9 February 2012
The Association of Graduate Recruiters has praised the benefits of an integrated placement year for students aiming to impress future employers.
The latest survey from the Association of Graduate Recruiters (AGR), found that the number of graduate vacancies are predicted to fall by 1.2 per cent in 2012, compared to a 1.7 per cent rise last year. However, Chief Executive of the AGR, Carl Gilleard, recently interviewed in The Telegraph, highlighted the benefits for those students involved in courses with sandwich placements while advising students against taking two-year degrees.
Aston University has over forty years of experience in designing and developing degrees with an integrated placement year. Around 60% of Aston undergraduate students take a placement year, the highest of any UK university.
Speaking to The Telegraph, AGR Chief Executive, Carl Gilleard, said: “Employers predict two-year degrees will prove popular with students. However, employers do value graduates who have work experience, and those students that have undertaken a year in industry as part of a four-year degree. Consequently, there are genuine concerns surrounding students undertaking two-year degrees as they do not have as much time to gain workplace experience."
The AGR survey also predicts that the average starting salary for graduates will increase by four per cent to £26,000 this year, after an "unprecedented period of stagnation". Starting wages had been stuck at £25,000 since 2009. The expected rise this year is the largest since 2005, when salaries increased by seven per cent, the study of 214 graduate employers found.
Gilleard’s comments are reflected in the annual ‘High Fliers’ survey of the UK’s top 100 graduate employers, which found that up to one in three graduates jobs this year would go to students who had previously worked for the employer.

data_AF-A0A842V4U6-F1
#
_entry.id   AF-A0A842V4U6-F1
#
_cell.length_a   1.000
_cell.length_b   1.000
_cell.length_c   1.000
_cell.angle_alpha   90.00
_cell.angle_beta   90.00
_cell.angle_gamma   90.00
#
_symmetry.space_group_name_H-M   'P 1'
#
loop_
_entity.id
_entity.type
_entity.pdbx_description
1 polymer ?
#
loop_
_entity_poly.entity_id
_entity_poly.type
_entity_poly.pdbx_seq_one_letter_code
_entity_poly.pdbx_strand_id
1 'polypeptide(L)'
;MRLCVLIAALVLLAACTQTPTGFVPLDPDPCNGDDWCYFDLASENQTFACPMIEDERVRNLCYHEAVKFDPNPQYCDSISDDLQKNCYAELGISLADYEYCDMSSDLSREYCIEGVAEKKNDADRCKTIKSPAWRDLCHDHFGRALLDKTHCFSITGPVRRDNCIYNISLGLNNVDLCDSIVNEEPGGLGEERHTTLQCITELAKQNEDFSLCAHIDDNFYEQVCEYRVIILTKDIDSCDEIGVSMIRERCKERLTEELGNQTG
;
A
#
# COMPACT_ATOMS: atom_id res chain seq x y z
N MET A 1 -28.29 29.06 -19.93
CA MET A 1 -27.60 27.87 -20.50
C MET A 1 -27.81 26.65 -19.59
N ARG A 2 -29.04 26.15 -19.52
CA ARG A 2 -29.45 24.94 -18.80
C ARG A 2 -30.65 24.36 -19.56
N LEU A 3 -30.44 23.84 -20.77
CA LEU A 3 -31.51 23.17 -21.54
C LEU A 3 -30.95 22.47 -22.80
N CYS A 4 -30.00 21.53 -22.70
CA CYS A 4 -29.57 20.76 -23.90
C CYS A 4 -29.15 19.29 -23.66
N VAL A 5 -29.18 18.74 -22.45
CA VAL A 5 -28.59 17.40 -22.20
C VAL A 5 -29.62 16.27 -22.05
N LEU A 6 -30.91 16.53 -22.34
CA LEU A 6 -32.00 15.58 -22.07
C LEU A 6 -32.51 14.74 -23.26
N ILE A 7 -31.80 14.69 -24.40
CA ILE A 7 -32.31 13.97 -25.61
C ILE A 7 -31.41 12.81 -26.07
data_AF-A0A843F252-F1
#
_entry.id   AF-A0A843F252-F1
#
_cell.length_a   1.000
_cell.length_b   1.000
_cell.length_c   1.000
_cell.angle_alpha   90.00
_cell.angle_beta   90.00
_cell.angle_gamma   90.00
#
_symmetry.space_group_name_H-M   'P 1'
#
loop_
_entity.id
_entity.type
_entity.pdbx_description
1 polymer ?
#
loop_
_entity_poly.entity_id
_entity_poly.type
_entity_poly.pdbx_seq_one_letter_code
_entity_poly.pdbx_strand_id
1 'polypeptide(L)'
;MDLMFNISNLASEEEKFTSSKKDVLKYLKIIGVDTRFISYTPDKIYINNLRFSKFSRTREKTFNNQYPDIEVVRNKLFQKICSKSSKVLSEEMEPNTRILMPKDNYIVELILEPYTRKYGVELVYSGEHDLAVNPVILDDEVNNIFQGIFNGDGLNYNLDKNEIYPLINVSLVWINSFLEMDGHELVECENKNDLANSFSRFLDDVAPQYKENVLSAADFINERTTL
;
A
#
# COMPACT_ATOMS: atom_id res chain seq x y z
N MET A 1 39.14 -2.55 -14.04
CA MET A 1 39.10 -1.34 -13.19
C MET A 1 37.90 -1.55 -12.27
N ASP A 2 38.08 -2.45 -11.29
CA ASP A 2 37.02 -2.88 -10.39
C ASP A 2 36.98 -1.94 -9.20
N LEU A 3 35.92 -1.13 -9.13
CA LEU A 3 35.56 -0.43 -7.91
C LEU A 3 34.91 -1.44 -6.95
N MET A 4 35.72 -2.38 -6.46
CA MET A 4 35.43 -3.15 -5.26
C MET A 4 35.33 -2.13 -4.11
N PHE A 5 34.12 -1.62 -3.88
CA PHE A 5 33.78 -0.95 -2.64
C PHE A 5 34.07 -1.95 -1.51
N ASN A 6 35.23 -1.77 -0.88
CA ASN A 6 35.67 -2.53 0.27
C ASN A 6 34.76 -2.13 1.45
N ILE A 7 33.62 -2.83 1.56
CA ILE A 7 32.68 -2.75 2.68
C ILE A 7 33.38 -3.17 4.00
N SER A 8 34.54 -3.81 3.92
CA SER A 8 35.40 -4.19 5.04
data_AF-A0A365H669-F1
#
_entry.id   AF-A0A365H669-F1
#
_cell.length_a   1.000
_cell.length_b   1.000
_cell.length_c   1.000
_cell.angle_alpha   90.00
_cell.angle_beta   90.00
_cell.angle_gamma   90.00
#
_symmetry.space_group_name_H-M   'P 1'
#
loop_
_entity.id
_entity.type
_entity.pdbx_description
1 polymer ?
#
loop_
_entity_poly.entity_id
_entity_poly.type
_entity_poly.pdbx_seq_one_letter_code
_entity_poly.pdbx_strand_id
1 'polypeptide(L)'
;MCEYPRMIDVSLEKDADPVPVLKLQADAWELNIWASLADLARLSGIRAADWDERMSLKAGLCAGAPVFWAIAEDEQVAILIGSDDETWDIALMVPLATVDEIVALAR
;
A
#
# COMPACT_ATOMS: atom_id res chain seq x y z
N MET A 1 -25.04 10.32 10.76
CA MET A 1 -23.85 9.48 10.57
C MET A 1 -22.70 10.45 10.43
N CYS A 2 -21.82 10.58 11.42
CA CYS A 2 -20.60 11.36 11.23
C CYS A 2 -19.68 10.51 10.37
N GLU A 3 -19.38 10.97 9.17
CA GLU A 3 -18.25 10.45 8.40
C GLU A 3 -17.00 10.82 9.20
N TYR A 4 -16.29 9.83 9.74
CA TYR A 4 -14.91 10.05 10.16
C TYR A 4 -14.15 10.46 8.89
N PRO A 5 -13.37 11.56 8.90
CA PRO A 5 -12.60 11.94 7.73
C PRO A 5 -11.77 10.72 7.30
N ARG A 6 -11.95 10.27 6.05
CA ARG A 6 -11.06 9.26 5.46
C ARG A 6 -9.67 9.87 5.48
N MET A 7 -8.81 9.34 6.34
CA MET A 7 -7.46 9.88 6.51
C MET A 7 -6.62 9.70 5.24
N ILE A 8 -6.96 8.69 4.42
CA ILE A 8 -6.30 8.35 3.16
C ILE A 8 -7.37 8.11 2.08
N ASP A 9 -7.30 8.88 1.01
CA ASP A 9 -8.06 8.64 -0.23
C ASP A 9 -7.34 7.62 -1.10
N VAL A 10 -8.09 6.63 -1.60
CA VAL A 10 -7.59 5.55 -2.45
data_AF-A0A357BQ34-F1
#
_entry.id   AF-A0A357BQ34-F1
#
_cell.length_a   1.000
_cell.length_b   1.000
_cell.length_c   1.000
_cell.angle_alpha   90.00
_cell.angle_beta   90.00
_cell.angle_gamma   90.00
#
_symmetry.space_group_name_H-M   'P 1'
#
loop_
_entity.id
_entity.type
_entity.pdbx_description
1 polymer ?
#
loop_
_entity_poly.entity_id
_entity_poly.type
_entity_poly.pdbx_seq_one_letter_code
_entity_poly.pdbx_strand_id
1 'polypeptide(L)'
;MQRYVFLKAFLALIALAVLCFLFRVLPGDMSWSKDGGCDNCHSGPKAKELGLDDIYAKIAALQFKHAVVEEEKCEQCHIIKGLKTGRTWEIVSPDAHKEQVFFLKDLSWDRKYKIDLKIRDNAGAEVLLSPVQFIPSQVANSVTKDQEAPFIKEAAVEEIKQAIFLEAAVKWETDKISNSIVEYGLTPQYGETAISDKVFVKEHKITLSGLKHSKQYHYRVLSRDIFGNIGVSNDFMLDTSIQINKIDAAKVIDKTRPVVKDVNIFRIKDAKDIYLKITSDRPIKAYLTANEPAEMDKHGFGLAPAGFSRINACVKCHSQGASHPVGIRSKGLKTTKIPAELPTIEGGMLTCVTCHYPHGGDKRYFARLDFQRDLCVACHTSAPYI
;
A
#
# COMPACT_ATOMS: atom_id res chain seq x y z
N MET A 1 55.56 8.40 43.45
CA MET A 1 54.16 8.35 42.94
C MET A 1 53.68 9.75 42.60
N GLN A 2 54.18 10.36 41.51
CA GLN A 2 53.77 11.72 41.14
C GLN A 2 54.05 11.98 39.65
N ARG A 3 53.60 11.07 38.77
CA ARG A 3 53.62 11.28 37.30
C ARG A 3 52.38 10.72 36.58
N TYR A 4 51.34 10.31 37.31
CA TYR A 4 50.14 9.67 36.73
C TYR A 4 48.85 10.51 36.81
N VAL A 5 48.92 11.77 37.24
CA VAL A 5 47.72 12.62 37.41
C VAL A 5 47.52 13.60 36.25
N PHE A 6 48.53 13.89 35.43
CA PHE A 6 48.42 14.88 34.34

David Willetts, Minister for universities and science has similarly praised Aston University’s placement year. He has called for more universities to follow Aston’s lead in offering 'sandwich courses' for undergraduates to help gain valuable work experience.
Nicola Turner, Director of Employability at Aston University, said: “Employers want skilled graduates prepared for the world of work. The best way for a student to gain valuable work experience is to study at a university that offers an integrated placement year in industry or a profession as part of their degree course. Research shows that students who have been involved in work based learning are more likely to acquire the skills employers need, and are more likely to achieve a higher class of degree. Students definitely leave the year with a much greater sense of what kind of job and what kind of organisation they want to work for.”
For further media information contact Alex Earnshaw, Aston University Communications on 0121 204 4549